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LExpress: 12 & 19 September 2011

Public Sector- To reform or not to reform? That is NOT the question

That trade unions brace themselves up against the public sector reform is hardly surprising. However, when in the wake of the recent indictment of high ranking officials, we see retired top civil servants contradict themselves in the press, it is a totally different matter. While one said we badly need a Public Service Act, another one said this is mere literature: what civil servants need is a sens de ltat. This is revealing of the malaise that has pervaded the public sector ever since administrators have had to cope with the ever increasing encroachment of politicians on their hitherto sacrosanct bureaucracy. Civil servants seem to have lost their bearing, and public service reform is not going to make it easier. The end justifies the means seems to be the new mantra. This is not unique to Mauritius. Most countries which have navigated through reform regimes during the past two or three decades have seen their public sector employees grappling with similar confusions. The book written by David Osborne and Ted Gaeblers, Re-inventing Government, proved to be so influential that today academics are at odds to explain how centuries old traditions of public administration could have so easily surrendered to nascent and still unproven business theories. As if to prove the civil servants right, the recent financial crisis has revealed systemic weaknesses in the market and has brought to the fore the failure of the government in regulating and preventing such cataclysm from happening. Yet public sector reform was not without its virtues. There has been widespread recognition of inefficiencies in both government and public sector agencies and the pressures on the public budgets were enormous. Worsening economic conditions forced most governments to privatise and introduce private sector methods of management where privatisation was not warranted, particularly in what is now called the wider public sector. The OECD identified three main empirical reasons that justified delegation and devolution of centralised powers to agencies. Firstly it provided managerial autonomy to entities with specialised functions, thus allowing them to provide better services and escape cumbersome administrative and legal obligations of vertically integrated ministries. Secondly, it resulted in the decoupling of policy making from policy implementation, thereby ensuring freedom from politically motivated interference, the introduction of managerialism (essentially market based systems and incentives), independent decision making and greater involvement of citizen and professionals in the decision-making process. Finally, it enabled collaborative partnerships between organisations, as for instance, between central and local governments, as well as with the private sector. Devolution and delegation brought their own problems, as they ended up in the fragmentation and disarticulation of the state. To take again the example of the financial crisis, information and regulatory powers were so dispersed that there was no centralised institution that could comprehend the financial risks involved, and coordinate appropriate policies and regulations. In the case of Bernie Madoff, the Securities Exchange Commission had all the information needed to detect the fraud that was being perpetuated, but it was held in different divisions and in different files, and there was no one who could have a complete picture until the financial pyramid collapsed.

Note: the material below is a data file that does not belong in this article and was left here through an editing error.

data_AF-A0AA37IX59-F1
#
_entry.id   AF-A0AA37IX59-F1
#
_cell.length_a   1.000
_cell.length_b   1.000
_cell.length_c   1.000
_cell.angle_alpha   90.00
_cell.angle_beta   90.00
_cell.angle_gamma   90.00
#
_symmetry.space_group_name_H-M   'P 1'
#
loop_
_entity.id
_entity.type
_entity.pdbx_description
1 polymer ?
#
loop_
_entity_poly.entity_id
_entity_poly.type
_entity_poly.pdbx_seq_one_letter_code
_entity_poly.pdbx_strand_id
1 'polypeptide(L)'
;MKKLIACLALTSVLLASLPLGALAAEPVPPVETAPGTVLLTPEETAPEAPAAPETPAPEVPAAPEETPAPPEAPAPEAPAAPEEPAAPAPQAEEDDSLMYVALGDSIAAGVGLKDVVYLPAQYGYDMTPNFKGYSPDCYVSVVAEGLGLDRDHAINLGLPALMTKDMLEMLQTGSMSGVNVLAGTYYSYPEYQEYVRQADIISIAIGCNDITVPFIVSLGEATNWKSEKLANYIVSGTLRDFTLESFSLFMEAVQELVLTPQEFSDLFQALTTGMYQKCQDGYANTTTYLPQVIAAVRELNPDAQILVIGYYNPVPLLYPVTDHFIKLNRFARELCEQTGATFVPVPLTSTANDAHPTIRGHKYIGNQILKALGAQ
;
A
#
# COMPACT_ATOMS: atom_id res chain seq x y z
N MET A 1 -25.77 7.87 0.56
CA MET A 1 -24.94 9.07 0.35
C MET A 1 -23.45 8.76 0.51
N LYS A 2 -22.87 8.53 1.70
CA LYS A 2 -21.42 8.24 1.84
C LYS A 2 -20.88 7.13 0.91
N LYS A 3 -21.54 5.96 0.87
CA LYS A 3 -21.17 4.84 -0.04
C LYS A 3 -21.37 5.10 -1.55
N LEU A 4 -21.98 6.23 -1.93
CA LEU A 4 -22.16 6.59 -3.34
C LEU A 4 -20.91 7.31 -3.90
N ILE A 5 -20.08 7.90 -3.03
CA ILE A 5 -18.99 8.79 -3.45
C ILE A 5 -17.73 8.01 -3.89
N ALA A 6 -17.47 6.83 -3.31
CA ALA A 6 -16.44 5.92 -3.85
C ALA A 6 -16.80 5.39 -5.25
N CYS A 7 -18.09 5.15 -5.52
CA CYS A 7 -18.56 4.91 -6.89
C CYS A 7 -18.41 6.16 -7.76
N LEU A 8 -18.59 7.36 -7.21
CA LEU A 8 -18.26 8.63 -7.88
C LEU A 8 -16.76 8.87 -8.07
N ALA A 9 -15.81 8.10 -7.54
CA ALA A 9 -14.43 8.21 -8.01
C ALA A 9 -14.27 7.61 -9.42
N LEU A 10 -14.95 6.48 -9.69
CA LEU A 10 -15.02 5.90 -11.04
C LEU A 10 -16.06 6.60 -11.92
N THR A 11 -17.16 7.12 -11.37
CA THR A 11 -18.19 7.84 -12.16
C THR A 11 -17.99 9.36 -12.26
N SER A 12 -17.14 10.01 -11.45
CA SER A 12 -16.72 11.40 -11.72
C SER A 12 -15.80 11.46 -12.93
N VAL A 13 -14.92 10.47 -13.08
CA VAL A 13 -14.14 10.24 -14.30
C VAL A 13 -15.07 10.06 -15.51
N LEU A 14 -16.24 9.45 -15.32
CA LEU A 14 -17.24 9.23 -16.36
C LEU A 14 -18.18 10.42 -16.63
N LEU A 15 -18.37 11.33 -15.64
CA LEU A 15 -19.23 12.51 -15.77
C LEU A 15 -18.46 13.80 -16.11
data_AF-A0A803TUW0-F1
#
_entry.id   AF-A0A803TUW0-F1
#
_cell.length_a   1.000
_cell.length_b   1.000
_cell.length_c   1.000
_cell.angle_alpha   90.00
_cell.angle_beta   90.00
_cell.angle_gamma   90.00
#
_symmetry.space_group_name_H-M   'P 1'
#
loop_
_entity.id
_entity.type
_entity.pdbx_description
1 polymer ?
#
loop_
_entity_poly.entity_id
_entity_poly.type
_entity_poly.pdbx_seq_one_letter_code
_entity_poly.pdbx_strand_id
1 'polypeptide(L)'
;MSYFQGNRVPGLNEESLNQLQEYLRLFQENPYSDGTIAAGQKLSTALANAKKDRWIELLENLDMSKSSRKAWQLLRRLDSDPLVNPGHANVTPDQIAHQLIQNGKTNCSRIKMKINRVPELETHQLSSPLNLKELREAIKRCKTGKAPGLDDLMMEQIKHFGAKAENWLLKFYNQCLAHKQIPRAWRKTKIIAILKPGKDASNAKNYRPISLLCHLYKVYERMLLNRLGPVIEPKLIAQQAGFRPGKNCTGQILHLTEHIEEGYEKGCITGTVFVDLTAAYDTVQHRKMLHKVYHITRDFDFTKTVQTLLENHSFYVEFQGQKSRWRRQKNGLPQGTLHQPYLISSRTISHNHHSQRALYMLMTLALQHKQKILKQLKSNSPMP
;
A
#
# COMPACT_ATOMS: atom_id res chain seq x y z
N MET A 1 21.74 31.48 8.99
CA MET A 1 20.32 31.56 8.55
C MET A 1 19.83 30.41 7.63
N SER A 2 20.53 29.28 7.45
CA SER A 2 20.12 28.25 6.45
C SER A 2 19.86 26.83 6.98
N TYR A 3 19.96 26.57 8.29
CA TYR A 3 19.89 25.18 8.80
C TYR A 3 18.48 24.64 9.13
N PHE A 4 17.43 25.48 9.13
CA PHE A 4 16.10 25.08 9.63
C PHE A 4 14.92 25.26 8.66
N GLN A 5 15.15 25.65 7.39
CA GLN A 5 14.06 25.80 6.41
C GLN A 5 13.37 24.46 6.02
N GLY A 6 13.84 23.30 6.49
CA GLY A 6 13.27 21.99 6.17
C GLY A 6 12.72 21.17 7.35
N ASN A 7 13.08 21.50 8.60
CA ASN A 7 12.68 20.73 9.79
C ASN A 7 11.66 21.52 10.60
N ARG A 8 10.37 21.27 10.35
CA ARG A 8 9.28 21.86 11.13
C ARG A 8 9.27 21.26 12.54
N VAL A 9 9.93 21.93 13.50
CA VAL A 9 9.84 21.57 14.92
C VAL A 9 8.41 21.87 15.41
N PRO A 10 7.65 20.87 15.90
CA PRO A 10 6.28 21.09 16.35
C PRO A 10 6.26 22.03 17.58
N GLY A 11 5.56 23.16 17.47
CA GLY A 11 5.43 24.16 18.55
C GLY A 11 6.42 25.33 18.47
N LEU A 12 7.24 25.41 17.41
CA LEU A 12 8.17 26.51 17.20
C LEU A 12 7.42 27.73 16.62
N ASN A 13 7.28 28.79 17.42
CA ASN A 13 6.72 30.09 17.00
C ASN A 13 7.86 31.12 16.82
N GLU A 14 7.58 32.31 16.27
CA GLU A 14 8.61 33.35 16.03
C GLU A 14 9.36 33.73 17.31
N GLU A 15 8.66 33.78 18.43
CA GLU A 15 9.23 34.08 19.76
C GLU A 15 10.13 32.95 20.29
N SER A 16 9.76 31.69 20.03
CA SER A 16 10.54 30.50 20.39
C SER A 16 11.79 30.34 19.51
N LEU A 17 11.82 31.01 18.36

Failure to monitor and regulate effectively is only one of the undesired outcomes of the new governance regimes. There is also concern for failed accountability. Political accountability is indeed viewed as the highest value in any democratic system, and this is enshrined in traditional public administration and public law. However, the encouragement of entrepreneurial management, which favours end results rather than due process, has rendered accountability more diffuse. This goes against Westminster traditions of governance which still hold ministers accountable for all policy failures, even though they may not have been responsible for policy initiation or implementation. Distributed governance has thus become a key challenge to the organisation and functioning of government. According to OECD, part of this challenge is to increase transparency and accountability in autonomous public sector entities without compromising management flexibilities, which means improving the trust of citizens as well as managerial efficiency. Governments will also need to improve institutional clarity by clearly defining the objectives of agencies and establishing accountability mechanisms that are grounded on sound governance principles. How, for instance, can agencies or state owned enterprises be held accountable for poor performance when they are called upon to deliver politically motivated social programmes, or have a recruitment policy that are not in keeping with their objectives. Finally, what is also needed is the capacity by central government to steer and monitor performance of agencies in a transparent way, through well designed performance management systems. Experience elsewhere has shown that this has not always been the case, in spite of the deployment of sophisticated technology backed by an armada of experts. Public sector values as well as inhibiting work practices are deeply rooted in culture and traditions. They are so enduring as to outlive all sporadic attempts to infuse new management methods. These are precious lessons from abroad which can help Mauritius steer its way in the public sector reform under way. The challenge of governments today is to integrate the best practices of private sector management without damaging the public sector ethos, which dwells essentially on values of equality, fairness and social justice. Equally important, public servants need to re-discover a profession that once owned impressive insight into public administration in a democracy. And they need to put this at the service of their political masters if we are to avert the kind of disasters that now befall countries like US, where the word government seems to have lost all its meaning. Public sector reform goes well beyond performance based pay for civil servants. It entails a redefinition of public sector governance, to deal with the dichotomies of private sector methods of management and the accountability that democracy demands. As regards this famous sens de ltat, this rather nebulous concept seems to have been lost somewhere in the many alleys that led to the New Public Management and with the coming on stage of political managers. To get it back, we may have to wait for some time, until we reach a consensus on how to improve on our system of government. There has to be a greater degree in the permanence of government action without compromising the democratic principles that have served us rather well up to now. We need a system which allows elected representatives and administrators to work together to shape public policies that achieve politically negotiated outcomes and to effectively control and account for their implementation. The solution to public sector reform is essentially a political one. Deva Armoogum 8 August 2011